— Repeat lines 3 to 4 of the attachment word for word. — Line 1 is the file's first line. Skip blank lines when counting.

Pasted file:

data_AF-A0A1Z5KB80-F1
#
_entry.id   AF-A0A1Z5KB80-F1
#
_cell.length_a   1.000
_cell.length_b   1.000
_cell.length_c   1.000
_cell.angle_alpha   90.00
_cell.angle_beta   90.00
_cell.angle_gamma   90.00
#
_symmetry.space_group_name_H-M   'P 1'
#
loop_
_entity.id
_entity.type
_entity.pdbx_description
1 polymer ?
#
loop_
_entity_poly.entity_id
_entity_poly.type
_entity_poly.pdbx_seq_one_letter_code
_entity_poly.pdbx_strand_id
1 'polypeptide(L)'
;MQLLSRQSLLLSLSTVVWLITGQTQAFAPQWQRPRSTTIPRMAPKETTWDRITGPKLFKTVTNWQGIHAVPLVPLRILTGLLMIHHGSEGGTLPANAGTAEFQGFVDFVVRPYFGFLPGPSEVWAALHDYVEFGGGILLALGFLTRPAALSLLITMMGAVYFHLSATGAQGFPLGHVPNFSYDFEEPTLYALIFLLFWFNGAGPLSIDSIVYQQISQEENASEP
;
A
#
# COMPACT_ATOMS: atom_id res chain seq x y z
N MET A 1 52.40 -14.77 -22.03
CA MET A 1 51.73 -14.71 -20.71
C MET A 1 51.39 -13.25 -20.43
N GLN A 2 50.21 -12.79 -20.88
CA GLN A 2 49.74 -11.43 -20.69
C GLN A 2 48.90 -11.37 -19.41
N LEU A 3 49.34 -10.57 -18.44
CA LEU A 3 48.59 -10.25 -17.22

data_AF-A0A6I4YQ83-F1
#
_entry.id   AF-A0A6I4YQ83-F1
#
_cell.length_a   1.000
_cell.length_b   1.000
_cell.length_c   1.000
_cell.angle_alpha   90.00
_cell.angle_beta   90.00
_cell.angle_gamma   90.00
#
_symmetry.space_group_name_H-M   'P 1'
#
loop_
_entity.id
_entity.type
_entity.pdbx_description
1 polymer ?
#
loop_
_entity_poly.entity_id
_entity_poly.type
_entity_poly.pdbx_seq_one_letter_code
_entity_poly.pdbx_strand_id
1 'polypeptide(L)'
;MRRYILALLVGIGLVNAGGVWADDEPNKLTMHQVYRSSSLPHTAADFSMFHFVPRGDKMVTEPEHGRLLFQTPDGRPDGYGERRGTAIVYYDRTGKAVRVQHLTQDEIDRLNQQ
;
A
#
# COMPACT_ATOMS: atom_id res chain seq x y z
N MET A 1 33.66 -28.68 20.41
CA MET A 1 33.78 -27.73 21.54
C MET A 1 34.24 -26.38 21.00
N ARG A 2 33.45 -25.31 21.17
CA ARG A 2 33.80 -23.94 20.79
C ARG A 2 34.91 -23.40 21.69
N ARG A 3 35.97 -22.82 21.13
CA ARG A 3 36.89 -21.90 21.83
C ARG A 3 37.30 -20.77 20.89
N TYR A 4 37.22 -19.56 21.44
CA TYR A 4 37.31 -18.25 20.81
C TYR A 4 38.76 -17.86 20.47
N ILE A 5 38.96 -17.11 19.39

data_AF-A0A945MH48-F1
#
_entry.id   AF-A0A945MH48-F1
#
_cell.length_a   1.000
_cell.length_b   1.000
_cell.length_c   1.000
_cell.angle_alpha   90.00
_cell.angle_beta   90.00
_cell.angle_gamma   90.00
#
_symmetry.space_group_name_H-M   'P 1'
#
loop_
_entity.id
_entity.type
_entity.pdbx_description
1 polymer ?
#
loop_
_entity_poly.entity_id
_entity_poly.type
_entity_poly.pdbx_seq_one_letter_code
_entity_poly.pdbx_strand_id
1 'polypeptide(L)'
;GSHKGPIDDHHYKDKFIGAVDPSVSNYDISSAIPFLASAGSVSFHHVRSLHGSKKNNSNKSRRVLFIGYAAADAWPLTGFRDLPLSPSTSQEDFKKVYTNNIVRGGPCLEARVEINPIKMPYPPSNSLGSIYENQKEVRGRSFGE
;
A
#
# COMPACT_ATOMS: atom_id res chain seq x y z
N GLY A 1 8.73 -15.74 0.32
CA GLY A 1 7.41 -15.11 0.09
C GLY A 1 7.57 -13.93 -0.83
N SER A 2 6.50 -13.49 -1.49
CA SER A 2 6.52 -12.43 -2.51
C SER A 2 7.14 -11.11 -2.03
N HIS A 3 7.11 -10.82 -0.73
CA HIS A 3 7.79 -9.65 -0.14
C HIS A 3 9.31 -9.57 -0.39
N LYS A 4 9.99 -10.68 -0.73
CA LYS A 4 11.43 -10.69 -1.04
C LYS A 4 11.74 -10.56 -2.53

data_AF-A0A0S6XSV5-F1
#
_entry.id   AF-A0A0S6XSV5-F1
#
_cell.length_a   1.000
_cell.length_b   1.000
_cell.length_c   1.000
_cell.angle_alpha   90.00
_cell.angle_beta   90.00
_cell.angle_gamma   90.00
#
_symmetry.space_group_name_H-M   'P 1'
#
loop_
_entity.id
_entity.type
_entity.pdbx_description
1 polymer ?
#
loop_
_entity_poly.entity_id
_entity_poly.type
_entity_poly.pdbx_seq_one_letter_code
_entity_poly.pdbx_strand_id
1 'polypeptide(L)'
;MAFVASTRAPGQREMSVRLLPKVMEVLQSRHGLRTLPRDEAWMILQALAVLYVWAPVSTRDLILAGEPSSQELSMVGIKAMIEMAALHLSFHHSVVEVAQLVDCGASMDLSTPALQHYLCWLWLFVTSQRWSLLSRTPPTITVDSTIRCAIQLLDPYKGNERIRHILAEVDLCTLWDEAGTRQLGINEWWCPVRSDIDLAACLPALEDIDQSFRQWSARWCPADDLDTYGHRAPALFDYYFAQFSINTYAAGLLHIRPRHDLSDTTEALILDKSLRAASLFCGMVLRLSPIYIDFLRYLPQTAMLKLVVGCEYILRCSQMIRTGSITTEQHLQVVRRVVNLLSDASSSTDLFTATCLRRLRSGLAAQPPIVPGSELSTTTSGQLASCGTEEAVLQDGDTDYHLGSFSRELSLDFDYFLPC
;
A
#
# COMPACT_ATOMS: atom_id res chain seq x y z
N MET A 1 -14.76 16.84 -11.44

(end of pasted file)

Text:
_entry.id   AF-A0A1Z5KB80-F1
#